What You Need to Know About Form W-9

Businesses hire independent contractors to fill workforce needs. While hiring employees give companies the right to control the details of work performance, work hours, and the tools to use to complete tasks, hiring independent contractors gives companies the freedom and flexibility to employ professionals only when there is a need. Those with fluctuating workloads, hiring independent contractors proves to be advantageous.

Decades ago, the government disliked the concept of treating workers as independent contractors; thus, guidelines and laws were set for proper qualifications and to protect employees. Today, there are millions of independent workers across the globe.

Independent contractors work as if they operate their own business; they mainly work on their own and for themselves. If you are an employer and paid an independent contractor more than $600 in a financial year for his or her service, the Internal Revenue Service (IRS), the revenue service of the United States federal government, requires you to provide a Form W-9 to each independent contractor you hired.

What is Form W-9?

Form W-9, officially the Request for Taxpayer Identification and Certification, is an IRS form self-employed workers, including freelancers and consultants, need to complete to send their personal information to another person, a bank, financial institution, or an employer. Aside from providing an individual the information they need, employers use the information form to prepare Form 1099-MISC to report to the IRS the amount of compensation paid to non-employee, hired workers.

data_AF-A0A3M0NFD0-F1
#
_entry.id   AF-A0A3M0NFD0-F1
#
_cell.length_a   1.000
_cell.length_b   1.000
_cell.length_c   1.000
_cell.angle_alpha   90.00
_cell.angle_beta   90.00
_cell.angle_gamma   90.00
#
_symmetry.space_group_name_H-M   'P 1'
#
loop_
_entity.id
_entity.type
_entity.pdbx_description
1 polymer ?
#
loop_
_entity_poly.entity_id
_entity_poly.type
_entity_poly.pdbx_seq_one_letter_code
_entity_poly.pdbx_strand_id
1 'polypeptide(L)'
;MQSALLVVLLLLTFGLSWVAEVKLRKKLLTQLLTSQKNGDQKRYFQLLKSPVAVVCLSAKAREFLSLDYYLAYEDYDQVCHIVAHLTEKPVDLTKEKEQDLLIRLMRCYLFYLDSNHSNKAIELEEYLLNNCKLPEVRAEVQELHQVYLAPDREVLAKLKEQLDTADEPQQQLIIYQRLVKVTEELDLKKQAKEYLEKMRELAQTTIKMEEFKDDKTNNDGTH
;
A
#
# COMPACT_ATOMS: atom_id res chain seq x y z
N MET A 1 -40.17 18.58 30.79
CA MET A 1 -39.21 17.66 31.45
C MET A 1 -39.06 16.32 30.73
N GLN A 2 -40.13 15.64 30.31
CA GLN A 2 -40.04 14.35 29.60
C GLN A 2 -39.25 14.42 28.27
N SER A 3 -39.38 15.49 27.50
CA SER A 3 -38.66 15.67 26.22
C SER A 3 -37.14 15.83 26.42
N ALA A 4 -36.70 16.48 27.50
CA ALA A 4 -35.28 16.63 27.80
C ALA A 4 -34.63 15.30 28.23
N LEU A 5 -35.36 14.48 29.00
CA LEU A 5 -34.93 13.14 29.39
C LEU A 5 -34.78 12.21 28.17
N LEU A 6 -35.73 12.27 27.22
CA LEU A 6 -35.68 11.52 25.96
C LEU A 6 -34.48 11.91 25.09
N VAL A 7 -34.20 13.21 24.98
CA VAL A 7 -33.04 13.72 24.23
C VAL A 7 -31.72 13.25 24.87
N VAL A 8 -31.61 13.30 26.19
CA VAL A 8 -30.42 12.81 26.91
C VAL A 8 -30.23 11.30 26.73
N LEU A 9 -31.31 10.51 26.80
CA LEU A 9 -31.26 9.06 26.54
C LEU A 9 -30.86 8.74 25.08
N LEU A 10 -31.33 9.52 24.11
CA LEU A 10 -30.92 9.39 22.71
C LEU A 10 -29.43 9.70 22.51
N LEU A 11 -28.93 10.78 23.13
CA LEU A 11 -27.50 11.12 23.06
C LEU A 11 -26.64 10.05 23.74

Filling out Form W-9

Form W-9 is a one-page form with five pages of instructions. Filers need to provide all the required information as accurately as possible.

Box 1 — Name

Provide your full legal name as it appears on your income tax return.

Box 2 — Business Name

If applicable, provide your business name, trade name, doing-business-as name, or disregarded entity name.

Box 3 — Federal Tax Classification

Check the appropriate box to indicate federal tax classification.

Box 4 — Exemptions

If applicable, provide a number or a letter code that explains exemption from backup withholding or Foreign Account Tax Compliance Act (FATCA).

Boxes 5 and 6 — Address

Provide your address.

Box 7 — Account Numbers

Provide any account numbers that the employer may use. This box is optional.

Part I — Taxpayer Identification Number (TIN)

For individual or single-member LLC, provide Social Security Number (SSN). For corporation or partnership, provide Employer Identification Number (EIN). For sole proprietorship, provide both SSN and EIN.

Part II — Certification

Sign and date the form to validate the provided information.

Protect Your Information

When completed, Form W-9 will contain your sensitive, personal information; therefore, If you do not know who is requesting the form, you may decline filling it out to avoid potential fraud or identity theft. The only reason professionals and businesses would ask you to complete the form is when they need to send you an IRS form. If you are suspicious as to why the request was made, you may consult with a tax consultant for legal advice.

There is no official deadline for filing Form W-9; however, you should complete it as soon as you receive it to avoid delays in filing IRS tax forms that first require the submission Form W-9.

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